According to Endo (2013), when talking about introjection,

we are talking about this excellent psychic work, which makes repairs and instructs the psychic apparatus towards its own enlargement and expansion; which allows the psyche - which once allowed itself to possess and be possessed by the object, in a second painful time, after the loss of the object - to introject the drives disconnected from the object and that, in doing so, the I restores itself and expands becoming again able to ally to new and unprecedented experiences of amorous and libidinal investment. (p. 45)

In counterpoint, the incorporation, according to Mendlowicz (2000), has as characteristic the operation for compensation of an object loss; it is a “phantasmatic mechanism” that acts with the loss of the object, an attempt to deny the loss. Therefore, there is a fixation, which freezes the object within the subject. “The ego tries to keep the imaginary object alive even at the cost of suffering, in the hope that someday its desires can be fulfilled and pays for it with the disease of mourning.” (p. 9).

According to Mendlowicz (2000),

The object, as we have already observed, remains fixed, frozen, within the ego. From this perspective, the authors recover the introjection as a mechanism that enriches and expands the interests of the ego, giving it a fundamental importance in the process of mourning, resuming the original formulation made by Ferenczi... They added that the losses that are destined for incorporation are those that cannot be consciously admitted. Such losses have as consequence an unspeakable mourning, installing in the subject a secret ‘crypt.’ (p. 8)

According to Endo (2013),

There where thought itself would attest its uselessness would reside the mechanism… of incorporation, because it is about the body, or the projection of the surface of the body that we know as I (ego), in short, the recomposition of the lost object, of “my dead,” which becomes reincorporated as crypt to oneself and dragged by the psyche. The crypt within the I would be a strange - tumoral - miscegenation of a composition without dynamics, exposed to an intromission that does not admit questioning. An almost physical recomposition - or corporeal, in which the I must walk as if henceforth carried a dead man in the back -, its dead that, paradoxically, would be safe from death precisely there where there is a juxtaposition between the dead-I and its dead. The “dead I am” and that at the same time “I keep in me and for myself,” safe, more than ever of a new loss, greed or desire of another, it is “my dead” and the “dead-I” - guarded and safe from being, once again, ripped from the I that owns them. (p. 45)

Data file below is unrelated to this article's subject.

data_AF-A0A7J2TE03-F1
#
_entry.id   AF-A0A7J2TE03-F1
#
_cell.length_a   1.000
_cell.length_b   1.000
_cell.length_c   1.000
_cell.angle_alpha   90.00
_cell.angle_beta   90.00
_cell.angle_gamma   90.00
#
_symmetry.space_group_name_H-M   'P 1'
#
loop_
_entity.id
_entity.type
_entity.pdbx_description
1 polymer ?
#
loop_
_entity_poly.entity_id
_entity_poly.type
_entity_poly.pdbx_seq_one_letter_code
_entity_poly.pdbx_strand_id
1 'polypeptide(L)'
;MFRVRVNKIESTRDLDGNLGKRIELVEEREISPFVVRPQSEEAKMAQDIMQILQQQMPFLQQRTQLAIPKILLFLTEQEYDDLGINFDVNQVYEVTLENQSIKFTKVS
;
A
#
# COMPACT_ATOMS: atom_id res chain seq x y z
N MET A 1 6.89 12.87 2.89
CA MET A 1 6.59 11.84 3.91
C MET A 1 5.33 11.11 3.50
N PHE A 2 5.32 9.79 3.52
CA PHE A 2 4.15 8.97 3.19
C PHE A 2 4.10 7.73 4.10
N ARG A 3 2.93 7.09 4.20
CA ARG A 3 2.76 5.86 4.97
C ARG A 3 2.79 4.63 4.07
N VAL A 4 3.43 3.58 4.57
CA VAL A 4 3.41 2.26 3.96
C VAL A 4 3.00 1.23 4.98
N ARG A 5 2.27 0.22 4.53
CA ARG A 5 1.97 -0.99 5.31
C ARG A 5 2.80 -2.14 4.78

Thus, as all indicates, while introjection is at the service of the life drive, incorporation serves the death drive.

The lack of knowledge about the fate of militants during the 1964 Military Dictatorship and the ignorance about the events related to their disappearance allow the petrified burial of these subjects, that is, the absence of meanings, of symbolization, of representation, enters the family nucleus as a trauma.

Ferenczi (1933/1992) assists us in understanding this process by means of the concept of denial, whereby that which occurred to the subject is considered a misconception, little important or, also, not occurred; in this case, it is the denial that we had people tortured, killed and disappeared in the Military Dictatorship.

According to Antunes (2003), disqualification and denial are types of psychic violation that, operating in a traumatic way, engender a cleavage within the psyche. “On the occasion of this cleavage, the meaning, the traumatic event, is frozen, so that its remembrance is no longer accessible . . . except in the form of guilt and inculpatory aggression arising from the ‘identification with the aggressor’” (p. 26).

Resistance movements of relatives of persons disappeared for political reasons - memory and testimony in the processing of mourning

In some cases in which mourning was possible even when faced with the impossibilities imposed by the external reality, configured in the absence of a dead body that proves and objectifies death, we see relatives of those disappeared for political reasons who could represent the atrocities committed against their family. The representation given was configured by the groups of denunciation and resistance, by movements here considered as testimony and/or social movements. These movements are considered substitute rituals for the funeral rites/symbols (funeral, parting, burial, grave).